What was the best advice you’d ever gotten about the publishing industry? The worst?

The crime novelist Walter Mosley—whom I just love—told me fifteen years ago not to worry about selling/marketing books. He said “write what you write, as well as you can.” It was great advice and very true.

The worst advice I’ve ever gotten was to change some of my romance novels from interracial novels to stories with two black characters. Those are my worst books. All the tension was gone when I changed the male lead to a black man! Interracial stories just make sense to me—both in fiction and nonfiction.

Can you give us one do and one don’t for those aspiring to be a writer?

Don’t self publish unless you’ve got a really good budget, lots of time and you’re a born sales person. Self-publishing works if you’re also good at business and you have a product that can be linked to an identifiable audience. Without that, you’re just one more person trying to convince “everyone” to read your book and there’s too much competition. Personally, I’d rather write than worry about sales, and that’s why I’ve always looked to publish with a traditional publishing house. I write, they pay me, and they worry about distribution, marketing, etc. while I move on to the next book.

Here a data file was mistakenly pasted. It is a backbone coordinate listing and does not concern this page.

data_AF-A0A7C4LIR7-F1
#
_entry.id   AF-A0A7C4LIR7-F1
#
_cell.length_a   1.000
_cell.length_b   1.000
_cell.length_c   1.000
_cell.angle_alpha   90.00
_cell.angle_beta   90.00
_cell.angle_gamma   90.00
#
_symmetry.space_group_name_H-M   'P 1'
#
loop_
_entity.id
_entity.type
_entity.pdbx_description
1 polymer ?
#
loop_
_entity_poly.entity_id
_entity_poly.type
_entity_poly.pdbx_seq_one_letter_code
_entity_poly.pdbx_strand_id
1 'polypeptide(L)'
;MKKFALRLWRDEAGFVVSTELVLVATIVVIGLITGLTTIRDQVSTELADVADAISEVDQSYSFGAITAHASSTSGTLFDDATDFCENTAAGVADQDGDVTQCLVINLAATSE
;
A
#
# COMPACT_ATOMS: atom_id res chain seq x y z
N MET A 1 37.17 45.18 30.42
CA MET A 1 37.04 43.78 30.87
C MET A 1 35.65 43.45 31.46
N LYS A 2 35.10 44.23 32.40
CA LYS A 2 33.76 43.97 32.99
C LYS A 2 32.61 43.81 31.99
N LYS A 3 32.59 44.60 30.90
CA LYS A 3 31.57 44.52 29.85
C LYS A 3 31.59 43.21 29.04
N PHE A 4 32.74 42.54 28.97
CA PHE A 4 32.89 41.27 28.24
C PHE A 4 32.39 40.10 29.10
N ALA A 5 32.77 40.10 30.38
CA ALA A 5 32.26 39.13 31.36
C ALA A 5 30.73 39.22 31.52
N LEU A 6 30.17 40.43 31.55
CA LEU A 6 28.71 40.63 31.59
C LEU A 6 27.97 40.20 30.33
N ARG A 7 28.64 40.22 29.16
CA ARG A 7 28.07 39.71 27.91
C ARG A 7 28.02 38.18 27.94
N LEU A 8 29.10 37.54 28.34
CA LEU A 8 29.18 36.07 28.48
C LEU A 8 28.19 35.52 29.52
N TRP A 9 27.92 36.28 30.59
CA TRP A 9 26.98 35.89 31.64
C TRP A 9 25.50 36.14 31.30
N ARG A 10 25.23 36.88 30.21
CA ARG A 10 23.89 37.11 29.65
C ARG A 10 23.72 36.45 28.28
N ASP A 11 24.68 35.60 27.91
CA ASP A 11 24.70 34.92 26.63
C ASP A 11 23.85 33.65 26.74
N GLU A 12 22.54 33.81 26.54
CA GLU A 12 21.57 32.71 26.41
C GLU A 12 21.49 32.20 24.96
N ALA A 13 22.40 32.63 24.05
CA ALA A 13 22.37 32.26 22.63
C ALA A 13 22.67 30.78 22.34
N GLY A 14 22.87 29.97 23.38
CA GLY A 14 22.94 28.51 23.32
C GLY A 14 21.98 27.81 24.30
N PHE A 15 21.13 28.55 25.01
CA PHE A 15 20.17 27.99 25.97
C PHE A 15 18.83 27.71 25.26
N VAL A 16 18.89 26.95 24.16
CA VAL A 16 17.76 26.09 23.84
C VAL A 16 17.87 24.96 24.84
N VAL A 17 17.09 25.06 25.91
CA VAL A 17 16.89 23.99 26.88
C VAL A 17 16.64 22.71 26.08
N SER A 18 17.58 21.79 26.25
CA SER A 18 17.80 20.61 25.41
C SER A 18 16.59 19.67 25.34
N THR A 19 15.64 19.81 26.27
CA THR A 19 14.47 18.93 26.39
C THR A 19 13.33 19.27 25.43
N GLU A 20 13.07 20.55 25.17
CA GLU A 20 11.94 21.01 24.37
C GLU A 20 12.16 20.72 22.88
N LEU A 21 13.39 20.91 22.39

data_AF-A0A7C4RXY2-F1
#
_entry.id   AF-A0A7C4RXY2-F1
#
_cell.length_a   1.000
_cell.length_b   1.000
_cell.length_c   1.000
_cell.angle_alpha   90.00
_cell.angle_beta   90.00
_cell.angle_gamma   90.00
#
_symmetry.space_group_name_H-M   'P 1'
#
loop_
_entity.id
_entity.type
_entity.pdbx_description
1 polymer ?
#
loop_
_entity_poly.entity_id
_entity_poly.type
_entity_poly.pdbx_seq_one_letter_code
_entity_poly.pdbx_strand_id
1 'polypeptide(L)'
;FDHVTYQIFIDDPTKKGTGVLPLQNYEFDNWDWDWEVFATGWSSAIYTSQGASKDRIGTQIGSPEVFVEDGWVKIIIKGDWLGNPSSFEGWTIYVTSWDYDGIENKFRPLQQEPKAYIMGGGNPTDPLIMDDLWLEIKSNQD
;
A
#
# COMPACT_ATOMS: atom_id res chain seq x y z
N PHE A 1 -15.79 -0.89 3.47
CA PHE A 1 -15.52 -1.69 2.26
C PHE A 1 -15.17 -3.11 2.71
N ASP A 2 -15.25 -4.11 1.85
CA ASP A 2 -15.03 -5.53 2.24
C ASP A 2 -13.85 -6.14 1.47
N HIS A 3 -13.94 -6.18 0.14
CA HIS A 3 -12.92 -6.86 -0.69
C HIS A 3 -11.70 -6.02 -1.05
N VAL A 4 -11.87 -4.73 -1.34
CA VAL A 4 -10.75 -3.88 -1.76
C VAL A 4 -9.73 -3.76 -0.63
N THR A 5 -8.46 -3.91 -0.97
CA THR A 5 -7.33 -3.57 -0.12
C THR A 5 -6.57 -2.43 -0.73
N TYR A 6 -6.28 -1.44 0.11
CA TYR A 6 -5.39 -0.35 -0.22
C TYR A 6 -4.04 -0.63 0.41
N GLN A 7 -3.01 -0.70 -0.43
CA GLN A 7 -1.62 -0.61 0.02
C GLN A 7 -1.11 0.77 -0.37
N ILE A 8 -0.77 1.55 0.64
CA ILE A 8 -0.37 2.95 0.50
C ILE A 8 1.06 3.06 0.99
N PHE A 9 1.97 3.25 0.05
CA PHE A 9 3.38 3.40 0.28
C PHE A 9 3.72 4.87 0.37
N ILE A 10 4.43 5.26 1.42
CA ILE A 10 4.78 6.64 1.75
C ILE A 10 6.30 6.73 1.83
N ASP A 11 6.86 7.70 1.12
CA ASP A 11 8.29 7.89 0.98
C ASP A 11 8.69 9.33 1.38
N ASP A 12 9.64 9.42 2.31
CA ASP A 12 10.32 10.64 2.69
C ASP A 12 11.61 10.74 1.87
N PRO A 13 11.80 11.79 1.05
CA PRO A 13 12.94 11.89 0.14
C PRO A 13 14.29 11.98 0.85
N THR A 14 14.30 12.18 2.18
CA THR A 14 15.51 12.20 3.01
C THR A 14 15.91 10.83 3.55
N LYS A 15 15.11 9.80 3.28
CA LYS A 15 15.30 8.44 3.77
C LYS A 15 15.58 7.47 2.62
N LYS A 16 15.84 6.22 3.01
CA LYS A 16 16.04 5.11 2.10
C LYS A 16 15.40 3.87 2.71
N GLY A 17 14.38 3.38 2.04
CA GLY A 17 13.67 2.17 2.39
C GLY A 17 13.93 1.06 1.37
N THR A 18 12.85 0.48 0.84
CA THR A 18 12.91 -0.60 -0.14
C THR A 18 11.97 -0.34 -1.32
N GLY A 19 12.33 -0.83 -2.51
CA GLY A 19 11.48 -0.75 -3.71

Do take classes and join writing groups. Some of the people I met in writing groups are still my friends today. And the feedback is invaluable—especially when it’s very honest. I’d rather have a writing group tell me something sucks than get a million rejection letters from publishers before I figure it out!

What is something readers would be surprised you do?

Bake bread—and I’m not talking about with a bread machine! I’m talking about like your great-grandmother made it. I love making my family homemade bread. Smells sooo good and we skip all the preservatives in the stuff you buy at the store! We’re big on real food at my house. It’s not that we’re health nuts—I make a lot of cookies and cakes. But I make them with real ingredients from scratch. I’m very suspicious of processed food and we eat as little of it as we can.

Our theme for this month is Writing The Book. What advice do you have for staying motivated to complete the book?

Deadlines! Make one for yourself or have someone give you one. I always work best when I know a book is due to an editor by a certain date. In the absence of that, I’d get a friend or hire a copyeditor. Get someone to play “police” and demand that you have a certain amount done by a certain date. That external pressure really works.

Can you give us a sneak peek of your next book?

I wish I could… but I’m not completely sure what’s next! I’m interested in writing more about relationships, but I’m also really interested in some of the unique issues of the black community.

How can readers get in contact with you? (mail, email, website), or you can friend me on Facebook as “Karyn Folan”.